Scotland

Coronavirus: Waste water at sewage works tested in Covid-19 trial

sewage treatment works

A trial is under way to test waste water for signs of Covid-19 in a bid to help pinpoint local spikes of the virus.

The samples are being taken at sewage treatment works in each of Scotland's 14 NHS health board areas.

They are then tested for fragments of Covid-19 in ribonucleic acid (RNA) which is produced by the body.

If successful, the results could be used by government ministers as part of their response to the pandemic.

The Scottish Environment Protection Agency (Sepa) said it was one of the first agencies in Europe to carry out this type of work.

'Early stages'

The samples will be taken at Scottish Water sites and tested by Sepa using methods developed by scientists at the Roslin Institute in Edinburgh.

Sepa chief executive, Terry A'Hearn, said the body was "in the early stages of this exploratory work".

"Our expertise in designing and implementing monitoring networks, coupled with our scientific capabilities, meant that we were able to get up and running quickly with the support of our partners," he said.

"Our hope is that our analysis could provide useful data in Scotland's efforts to trace the virus.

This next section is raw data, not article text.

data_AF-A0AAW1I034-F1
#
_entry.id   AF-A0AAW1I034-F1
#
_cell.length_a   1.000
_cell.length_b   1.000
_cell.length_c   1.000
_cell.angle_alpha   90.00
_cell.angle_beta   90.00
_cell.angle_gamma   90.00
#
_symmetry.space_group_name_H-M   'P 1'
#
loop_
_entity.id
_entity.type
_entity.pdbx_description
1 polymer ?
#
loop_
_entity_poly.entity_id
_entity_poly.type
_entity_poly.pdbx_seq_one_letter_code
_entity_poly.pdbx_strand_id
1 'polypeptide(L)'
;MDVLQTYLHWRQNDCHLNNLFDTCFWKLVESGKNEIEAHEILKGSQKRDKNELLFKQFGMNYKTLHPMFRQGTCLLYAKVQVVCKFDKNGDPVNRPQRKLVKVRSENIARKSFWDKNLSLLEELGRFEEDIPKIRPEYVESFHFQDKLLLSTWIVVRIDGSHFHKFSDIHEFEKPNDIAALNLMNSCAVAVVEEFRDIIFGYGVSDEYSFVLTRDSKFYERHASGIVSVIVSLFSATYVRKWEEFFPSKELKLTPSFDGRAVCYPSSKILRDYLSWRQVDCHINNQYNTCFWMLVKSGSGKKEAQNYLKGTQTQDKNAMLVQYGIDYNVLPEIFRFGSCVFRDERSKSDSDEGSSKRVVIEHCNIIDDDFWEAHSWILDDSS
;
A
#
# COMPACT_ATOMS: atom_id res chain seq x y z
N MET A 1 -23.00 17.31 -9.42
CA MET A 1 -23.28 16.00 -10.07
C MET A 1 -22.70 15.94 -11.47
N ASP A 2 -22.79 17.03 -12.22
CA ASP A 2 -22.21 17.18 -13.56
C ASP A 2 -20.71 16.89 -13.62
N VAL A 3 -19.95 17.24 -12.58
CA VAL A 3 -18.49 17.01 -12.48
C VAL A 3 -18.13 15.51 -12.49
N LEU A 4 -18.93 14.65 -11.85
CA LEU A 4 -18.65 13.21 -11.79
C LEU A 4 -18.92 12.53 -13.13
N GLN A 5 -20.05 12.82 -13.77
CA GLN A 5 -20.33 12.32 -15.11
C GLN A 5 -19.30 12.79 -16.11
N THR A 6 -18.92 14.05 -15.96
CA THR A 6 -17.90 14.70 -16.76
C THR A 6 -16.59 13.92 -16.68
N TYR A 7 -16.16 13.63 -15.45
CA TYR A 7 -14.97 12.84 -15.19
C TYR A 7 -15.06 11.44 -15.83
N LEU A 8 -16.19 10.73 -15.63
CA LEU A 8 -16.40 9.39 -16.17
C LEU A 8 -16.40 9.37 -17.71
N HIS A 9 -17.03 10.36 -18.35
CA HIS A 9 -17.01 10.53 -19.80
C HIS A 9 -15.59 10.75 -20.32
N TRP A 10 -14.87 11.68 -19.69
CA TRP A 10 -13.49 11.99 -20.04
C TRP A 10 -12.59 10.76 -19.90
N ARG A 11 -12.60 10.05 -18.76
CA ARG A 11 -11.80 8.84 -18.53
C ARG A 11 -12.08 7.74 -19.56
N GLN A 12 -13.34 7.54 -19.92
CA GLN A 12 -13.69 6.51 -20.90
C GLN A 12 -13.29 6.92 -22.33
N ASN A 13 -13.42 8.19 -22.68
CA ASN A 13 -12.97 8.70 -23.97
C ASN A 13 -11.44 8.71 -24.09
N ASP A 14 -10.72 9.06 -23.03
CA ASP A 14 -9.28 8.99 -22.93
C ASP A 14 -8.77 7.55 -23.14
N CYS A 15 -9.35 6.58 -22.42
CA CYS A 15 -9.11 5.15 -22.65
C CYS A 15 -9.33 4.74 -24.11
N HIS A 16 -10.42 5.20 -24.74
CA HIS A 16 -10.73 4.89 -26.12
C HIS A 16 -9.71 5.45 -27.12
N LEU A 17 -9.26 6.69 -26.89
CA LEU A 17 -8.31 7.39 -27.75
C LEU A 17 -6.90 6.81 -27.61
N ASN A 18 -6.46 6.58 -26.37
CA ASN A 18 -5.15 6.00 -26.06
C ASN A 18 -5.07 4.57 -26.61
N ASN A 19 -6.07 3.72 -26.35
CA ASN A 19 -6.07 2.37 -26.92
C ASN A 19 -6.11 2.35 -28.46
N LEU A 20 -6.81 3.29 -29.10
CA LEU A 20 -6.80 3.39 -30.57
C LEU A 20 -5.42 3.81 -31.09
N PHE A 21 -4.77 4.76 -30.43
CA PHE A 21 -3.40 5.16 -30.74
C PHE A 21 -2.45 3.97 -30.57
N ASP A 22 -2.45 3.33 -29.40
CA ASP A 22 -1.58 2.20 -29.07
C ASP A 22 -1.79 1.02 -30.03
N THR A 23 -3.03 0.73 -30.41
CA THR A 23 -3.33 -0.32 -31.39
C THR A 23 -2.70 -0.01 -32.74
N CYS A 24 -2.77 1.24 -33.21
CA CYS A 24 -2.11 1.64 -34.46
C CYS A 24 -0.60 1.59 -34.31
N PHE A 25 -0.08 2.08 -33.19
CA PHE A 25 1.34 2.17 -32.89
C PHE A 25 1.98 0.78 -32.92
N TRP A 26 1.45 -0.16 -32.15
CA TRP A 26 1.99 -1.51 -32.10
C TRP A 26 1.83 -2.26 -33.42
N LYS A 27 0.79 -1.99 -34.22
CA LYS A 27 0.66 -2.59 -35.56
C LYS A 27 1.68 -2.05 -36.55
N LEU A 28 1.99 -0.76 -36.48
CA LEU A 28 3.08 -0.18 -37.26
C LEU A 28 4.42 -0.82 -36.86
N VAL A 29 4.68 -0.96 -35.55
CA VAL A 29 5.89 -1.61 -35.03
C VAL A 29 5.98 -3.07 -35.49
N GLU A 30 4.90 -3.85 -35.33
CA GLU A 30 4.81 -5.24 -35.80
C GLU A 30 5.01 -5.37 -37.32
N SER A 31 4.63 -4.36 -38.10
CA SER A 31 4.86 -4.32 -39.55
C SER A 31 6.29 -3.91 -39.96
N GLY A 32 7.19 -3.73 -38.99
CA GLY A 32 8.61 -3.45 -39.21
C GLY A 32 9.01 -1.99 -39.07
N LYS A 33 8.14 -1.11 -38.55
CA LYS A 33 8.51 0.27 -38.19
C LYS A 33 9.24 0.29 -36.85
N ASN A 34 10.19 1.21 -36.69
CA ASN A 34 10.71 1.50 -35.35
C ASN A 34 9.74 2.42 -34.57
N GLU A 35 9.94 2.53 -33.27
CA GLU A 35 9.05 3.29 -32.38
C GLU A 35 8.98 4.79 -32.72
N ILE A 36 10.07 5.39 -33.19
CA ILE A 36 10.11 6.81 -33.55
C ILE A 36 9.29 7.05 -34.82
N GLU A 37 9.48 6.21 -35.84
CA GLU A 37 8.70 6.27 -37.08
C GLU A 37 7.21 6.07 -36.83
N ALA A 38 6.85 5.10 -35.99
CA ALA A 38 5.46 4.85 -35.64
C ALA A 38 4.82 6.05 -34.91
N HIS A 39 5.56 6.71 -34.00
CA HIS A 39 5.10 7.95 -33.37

"However, we first have to understand what the samples are telling us and that's the important work our experts, alongside Health Protection Scotland, The Roslin Institute and others in the scientific community are embarking on now."

Useful indication

Sepa is keen to stress that there is no evidence that the fragments found in waste water are infectious.

There is no evidence to suggest that coronavirus can be transmitted through the sewage network.

But the amount of RNA present provides a useful indication of how many people have the condition.

Sepa says up to a half of the population will be represented in the sampling trial.

Dr Alexander Corbishley of the University of Edinburgh's Roslin Institute, said: "Detecting viral genetic material in waste water is relatively easy, however the challenge is accurately measuring how much genetic material is present and relating that to disease levels in the community."

Analysis by Kenneth Macdonald, BBC Scotland science correspondent

This could be a powerful weapon against the pandemic - if researchers can establish how levels of RNA in waste water relate to how widespread Covid-19 is in the community.

And it highlights the huge advantage we have over the virus: we're smarter than it.

It's tempting to attribute human characteristics to it, to describe it as being clever or cunning, or to say that it wants to use our cells to reproduce.

But it doesn't want anything. It can't think. It's debatable whether the virus is even alive.

It's just a tiny scrap of genetic material that got lucky.

With lockdowns and all their associated hygiene measures, better treatments and perhaps vaccines, that means humankind has the chance to outthink it.